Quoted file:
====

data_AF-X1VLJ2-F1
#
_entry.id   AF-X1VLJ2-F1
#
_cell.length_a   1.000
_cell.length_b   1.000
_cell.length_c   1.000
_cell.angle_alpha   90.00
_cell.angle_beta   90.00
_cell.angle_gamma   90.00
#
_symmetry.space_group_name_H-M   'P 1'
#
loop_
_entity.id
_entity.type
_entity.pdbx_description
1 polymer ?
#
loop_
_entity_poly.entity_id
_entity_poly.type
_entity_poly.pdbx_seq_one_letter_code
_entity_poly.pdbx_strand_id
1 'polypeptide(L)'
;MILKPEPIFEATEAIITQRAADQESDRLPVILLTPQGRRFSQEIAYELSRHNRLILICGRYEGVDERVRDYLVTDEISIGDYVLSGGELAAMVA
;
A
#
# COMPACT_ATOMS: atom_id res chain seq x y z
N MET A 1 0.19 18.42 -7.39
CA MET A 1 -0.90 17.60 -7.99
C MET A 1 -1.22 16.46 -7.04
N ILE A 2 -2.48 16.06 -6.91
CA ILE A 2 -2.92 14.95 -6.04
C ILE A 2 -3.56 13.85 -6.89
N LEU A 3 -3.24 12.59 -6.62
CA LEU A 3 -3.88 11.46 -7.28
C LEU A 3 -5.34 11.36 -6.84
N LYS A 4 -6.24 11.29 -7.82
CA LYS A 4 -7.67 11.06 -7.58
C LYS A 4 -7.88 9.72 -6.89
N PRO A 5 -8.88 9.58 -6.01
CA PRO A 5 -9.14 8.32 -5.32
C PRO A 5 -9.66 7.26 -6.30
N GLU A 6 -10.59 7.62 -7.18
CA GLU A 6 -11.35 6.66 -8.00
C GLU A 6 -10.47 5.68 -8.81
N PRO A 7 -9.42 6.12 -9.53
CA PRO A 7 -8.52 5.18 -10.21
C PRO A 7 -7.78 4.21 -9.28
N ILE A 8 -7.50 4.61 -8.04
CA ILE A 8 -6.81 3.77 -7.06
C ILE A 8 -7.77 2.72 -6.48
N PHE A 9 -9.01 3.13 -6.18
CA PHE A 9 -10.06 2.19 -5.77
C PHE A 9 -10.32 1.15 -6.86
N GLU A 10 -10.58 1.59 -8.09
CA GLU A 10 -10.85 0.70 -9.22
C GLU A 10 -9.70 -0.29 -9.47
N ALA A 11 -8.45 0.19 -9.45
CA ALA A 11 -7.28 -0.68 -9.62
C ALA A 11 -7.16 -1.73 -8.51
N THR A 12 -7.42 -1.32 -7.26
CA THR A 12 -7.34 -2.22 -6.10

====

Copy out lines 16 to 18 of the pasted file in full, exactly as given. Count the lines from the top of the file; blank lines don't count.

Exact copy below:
_entity.type
_entity.pdbx_description
1 polymer ?